The Health Insurance Authority may make regulations to carry this function into effect.
It makes provisions to prevent variation of health insurance premiums by reference to health, risk status, age, sex or frequency of use.
New types of health insurance contracts and changes to existing contracts must be notified to the HIA. This may affect the risk equalisation stamp duty provision applicable. A0 days\’ notice is required where a registered provider wishes to offer a new product. Subject to the 90 day period, changes in the material benefits to existing products other than premium charges would be permitted to take effect only after the following year. Certain changes are allowed notwithstanding this.
Non-advanced products can be changed insofar as there is no increase to the benefits payable in respect of private hospital accommodation in a private hospital. Advanced products can be changed to increase benefits payable.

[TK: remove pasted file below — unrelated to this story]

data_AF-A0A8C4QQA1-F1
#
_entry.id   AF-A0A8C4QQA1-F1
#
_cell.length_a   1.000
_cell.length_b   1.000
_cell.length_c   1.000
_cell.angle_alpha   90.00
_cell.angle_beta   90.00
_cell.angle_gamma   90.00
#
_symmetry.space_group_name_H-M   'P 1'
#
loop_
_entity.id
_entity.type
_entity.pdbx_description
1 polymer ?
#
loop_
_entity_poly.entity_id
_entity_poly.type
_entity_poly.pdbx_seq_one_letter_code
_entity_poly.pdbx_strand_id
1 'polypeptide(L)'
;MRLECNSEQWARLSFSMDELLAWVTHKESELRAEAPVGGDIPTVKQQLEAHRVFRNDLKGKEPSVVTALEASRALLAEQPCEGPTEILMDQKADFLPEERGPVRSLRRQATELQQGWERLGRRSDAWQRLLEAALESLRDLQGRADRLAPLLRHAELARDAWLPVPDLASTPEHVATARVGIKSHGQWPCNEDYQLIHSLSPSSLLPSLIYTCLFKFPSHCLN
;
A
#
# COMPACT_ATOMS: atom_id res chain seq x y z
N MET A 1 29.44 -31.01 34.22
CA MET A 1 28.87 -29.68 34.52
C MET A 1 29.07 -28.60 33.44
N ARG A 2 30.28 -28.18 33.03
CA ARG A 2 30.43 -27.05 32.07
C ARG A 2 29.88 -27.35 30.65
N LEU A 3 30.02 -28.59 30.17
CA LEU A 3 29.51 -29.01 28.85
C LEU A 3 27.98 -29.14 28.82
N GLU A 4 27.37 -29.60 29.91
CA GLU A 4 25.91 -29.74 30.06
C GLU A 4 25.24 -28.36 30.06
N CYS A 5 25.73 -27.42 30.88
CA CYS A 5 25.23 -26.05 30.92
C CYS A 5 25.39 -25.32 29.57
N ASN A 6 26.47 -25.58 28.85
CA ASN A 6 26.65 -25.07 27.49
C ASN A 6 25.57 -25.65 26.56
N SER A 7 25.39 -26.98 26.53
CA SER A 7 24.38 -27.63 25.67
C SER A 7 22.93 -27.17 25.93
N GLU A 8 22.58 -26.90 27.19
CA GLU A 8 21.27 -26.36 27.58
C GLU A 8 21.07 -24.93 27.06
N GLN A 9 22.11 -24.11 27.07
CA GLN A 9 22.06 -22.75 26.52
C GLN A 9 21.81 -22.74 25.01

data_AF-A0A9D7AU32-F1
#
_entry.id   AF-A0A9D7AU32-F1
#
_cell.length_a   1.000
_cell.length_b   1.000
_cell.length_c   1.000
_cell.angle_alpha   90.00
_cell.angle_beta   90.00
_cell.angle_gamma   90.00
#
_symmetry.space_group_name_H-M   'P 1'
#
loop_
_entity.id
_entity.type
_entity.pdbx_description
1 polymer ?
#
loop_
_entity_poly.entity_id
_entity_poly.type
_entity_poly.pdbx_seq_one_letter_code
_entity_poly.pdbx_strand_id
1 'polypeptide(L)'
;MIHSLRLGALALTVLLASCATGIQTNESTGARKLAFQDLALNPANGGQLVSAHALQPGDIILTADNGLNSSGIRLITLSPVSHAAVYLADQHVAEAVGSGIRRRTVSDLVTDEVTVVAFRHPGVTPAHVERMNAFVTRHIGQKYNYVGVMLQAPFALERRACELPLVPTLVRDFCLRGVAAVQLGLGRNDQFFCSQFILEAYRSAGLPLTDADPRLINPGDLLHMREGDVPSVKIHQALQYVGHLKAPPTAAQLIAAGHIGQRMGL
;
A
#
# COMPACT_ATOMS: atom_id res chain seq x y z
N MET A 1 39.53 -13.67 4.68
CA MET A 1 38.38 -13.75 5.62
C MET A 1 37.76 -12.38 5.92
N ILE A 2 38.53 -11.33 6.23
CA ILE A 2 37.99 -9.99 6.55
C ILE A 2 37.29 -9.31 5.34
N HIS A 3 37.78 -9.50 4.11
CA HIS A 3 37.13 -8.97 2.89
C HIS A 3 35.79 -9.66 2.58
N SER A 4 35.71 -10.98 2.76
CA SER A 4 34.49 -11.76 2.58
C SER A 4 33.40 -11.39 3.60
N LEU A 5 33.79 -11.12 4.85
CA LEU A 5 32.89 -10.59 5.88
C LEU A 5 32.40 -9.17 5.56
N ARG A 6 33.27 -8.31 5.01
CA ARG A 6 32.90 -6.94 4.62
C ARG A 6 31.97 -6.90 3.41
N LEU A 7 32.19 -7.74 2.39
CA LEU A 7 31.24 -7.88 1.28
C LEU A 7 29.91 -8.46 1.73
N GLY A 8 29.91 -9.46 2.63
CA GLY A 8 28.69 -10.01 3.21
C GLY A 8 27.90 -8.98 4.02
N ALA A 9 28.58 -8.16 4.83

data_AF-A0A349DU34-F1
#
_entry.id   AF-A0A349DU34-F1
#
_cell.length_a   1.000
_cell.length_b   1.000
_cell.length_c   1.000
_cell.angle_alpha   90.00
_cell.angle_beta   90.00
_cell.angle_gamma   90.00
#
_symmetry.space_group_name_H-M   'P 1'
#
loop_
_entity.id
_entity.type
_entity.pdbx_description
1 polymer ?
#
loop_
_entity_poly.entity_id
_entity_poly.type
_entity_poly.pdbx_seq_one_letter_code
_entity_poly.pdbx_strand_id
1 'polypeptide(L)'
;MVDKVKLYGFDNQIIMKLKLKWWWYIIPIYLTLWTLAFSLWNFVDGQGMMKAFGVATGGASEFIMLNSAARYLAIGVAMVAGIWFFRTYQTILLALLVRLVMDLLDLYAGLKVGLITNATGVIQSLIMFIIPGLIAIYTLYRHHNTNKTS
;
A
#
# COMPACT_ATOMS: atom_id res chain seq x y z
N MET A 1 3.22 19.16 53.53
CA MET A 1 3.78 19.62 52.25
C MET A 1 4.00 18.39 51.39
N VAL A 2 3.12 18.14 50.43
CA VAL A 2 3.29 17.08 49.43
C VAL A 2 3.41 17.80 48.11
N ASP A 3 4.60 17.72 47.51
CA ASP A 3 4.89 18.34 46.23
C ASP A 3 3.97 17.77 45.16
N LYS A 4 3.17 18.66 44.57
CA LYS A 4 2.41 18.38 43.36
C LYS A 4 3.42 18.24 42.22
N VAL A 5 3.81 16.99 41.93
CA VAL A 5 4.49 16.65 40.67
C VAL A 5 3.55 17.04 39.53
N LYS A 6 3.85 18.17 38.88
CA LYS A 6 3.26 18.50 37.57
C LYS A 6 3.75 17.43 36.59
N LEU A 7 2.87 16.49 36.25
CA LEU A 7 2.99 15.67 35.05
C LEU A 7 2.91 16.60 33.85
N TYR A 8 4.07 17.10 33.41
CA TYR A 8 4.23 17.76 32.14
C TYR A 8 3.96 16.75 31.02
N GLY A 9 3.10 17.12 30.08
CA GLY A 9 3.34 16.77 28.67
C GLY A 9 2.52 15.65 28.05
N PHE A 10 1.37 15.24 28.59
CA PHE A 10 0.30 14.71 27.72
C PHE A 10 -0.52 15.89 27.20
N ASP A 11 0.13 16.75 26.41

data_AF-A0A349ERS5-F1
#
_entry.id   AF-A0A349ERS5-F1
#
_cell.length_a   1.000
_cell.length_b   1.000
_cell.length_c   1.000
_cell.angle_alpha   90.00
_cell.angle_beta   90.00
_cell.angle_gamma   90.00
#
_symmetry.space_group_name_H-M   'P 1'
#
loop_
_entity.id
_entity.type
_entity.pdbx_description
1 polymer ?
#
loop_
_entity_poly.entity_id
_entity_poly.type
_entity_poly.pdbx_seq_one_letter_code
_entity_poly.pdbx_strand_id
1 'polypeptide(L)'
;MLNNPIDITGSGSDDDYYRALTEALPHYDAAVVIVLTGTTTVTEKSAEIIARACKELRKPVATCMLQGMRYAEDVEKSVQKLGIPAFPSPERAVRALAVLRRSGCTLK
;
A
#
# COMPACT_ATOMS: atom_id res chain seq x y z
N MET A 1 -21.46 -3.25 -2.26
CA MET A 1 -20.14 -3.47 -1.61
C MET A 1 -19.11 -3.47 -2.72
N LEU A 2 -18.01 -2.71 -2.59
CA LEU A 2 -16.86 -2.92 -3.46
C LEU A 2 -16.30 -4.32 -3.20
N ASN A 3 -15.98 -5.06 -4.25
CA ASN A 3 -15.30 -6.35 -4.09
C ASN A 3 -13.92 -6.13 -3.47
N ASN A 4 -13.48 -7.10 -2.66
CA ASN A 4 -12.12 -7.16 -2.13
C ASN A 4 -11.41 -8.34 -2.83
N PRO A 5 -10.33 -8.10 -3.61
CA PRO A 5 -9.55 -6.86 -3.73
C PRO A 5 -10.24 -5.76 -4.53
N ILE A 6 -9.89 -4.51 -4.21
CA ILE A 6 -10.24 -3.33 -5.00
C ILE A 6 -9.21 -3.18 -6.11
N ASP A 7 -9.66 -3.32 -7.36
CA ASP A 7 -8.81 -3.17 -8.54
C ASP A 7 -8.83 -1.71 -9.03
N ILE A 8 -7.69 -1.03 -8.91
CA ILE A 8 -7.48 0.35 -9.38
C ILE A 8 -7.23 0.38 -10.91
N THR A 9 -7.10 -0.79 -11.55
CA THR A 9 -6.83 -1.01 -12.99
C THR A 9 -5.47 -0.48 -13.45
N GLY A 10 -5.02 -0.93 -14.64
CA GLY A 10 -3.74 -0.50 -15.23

An insurer must maintain the price of a health insurance contract for 90 days.. Changes to premium payable are allowed subject to 30 days\’ notice and the new price must be maintained for 90 days. Where a product is being maintained in the market for 90 days, it can be withdrawn.
In carrying out its evaluation and analysis of data from health insurers, the Authority is to have regard to average insurance claim costs in respect of subgroups, to include age, gender, and level of cover.
The Authority is to make recommendations to the Minister on the applicable rate of risk equalisation credit in respect of hospital bed utilisation and in respect of classes of insured persons based on age, sex, or type of insurance cover. It is to have regard to